In this original and rewarding combination of intellectual and political history, Ryan Balot offers a thorough historical and sociological interpretation of classical Athens centered on the notion of greed. Integrating ancient philosophy, poetry, and history, and drawing on modern political thought, the author demonstrates that the Athenian discourse on greed was an essential component of Greek social development and political history.
Over time, the Athenians developed sophisticated psychological and political accounts of acquisitiveness and a correspondingly rich vocabulary to describe and condemn it. Greed figures repeatedly as an object of criticism in authors as diverse as Solon, Thucydides, and Plato--all of whom addressed the social disruptions caused by it, as well as the inadequacy of lives focused on it. Because of its ethical significance, greed surfaced frequently in theoretical debates about democracy and oligarchy. Ultimately, critiques of greed--particularly the charge that it is unjust--were built into the robust accounts of justice formulated by many philosophers, including Plato and Aristotle. Such critiques of greed both reflected and were inextricably knitted into economic history and political events, including the coups of 411 and 404 B.C.
Balot contrasts ancient Greek thought on distributive justice with later Western traditions, with implications for political and economic history well beyond the classical period. Because the belief that greed is good holds a dominant position in modern justifications of capitalism, this study provides a deep historical context within which such justifications can be reexamined and, perhaps, found wanting.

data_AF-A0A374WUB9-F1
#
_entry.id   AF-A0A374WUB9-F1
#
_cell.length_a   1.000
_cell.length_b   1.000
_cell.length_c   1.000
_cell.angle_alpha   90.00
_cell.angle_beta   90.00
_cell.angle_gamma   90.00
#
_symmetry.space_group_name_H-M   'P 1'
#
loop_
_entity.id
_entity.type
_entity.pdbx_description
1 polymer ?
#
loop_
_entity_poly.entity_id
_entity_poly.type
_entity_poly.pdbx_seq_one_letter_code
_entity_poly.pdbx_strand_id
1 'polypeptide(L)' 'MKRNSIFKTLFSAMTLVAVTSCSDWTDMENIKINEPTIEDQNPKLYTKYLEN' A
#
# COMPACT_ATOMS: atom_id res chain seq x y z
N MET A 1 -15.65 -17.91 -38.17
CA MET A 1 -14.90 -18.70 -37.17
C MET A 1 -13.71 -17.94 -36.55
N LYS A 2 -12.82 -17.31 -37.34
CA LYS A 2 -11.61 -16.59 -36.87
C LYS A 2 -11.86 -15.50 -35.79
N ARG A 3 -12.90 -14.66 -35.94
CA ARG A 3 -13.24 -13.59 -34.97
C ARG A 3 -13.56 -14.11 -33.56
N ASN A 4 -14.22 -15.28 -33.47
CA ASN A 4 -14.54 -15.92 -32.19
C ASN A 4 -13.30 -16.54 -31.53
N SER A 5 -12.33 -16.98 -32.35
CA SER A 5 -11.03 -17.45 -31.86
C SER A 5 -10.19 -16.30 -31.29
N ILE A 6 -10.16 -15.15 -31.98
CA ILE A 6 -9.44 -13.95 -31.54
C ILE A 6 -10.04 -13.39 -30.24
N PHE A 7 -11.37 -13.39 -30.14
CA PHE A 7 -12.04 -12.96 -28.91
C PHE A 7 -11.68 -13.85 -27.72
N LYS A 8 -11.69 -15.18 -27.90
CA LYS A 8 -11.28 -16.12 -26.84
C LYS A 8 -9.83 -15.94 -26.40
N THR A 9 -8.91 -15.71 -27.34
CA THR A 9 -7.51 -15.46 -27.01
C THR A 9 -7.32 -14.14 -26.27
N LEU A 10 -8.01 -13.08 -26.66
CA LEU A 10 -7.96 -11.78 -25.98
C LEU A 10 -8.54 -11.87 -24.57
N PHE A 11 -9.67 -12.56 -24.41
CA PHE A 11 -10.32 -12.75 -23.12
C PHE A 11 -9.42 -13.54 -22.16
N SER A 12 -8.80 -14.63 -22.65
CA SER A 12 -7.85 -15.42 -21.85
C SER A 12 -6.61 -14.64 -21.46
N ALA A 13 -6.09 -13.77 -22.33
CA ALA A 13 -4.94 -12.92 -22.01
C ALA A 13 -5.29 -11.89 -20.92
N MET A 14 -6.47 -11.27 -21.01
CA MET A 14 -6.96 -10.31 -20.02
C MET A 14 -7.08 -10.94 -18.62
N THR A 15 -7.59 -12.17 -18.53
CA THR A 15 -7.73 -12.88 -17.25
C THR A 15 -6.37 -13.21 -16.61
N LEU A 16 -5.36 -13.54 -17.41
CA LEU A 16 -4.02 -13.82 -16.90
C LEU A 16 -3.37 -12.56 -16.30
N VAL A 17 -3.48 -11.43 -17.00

"[A] timely and sophisticated interdisciplinary study, involving not only ancient political theory, but also modern ethics, the concepts of distributive justice and individual virtue. . . . Students of political theory will find this study, which illuminates many basic issues both thoughtful and invigorating."--David F. Graf, Religious Studies Review
"The intellectual breadth and depth of the project is most impressive. Moreover, the scholarship is thorough . . . primary sources are regularly cited and sometimes quoted and the writing style is as consistently clear as it is literate and, from a critical standpoint, au courant. Altogether, Balot's study is to be highly recommended across the wide spectrum of disciplines it so splendidly reflects."--Nicholas F. Jones, The Historian
"This book is excellent: original, well researched, and well written. Balot's approach is groundbreaking and entirely successful. The result is a project that crosses all sorts of disciplinary boundaries and is simultaneously an intellectual history and a political/economic history."--Charles Hedrick, University of California, Santa Cruz
"This is very much an intellectual history, but Balot's comparisons of different authors have much in common with the kinds of intertextual analyses of literary critics. This sets this very good and ambitious book apart from other recent work in Greek history."--Ian Morris, Stanford University
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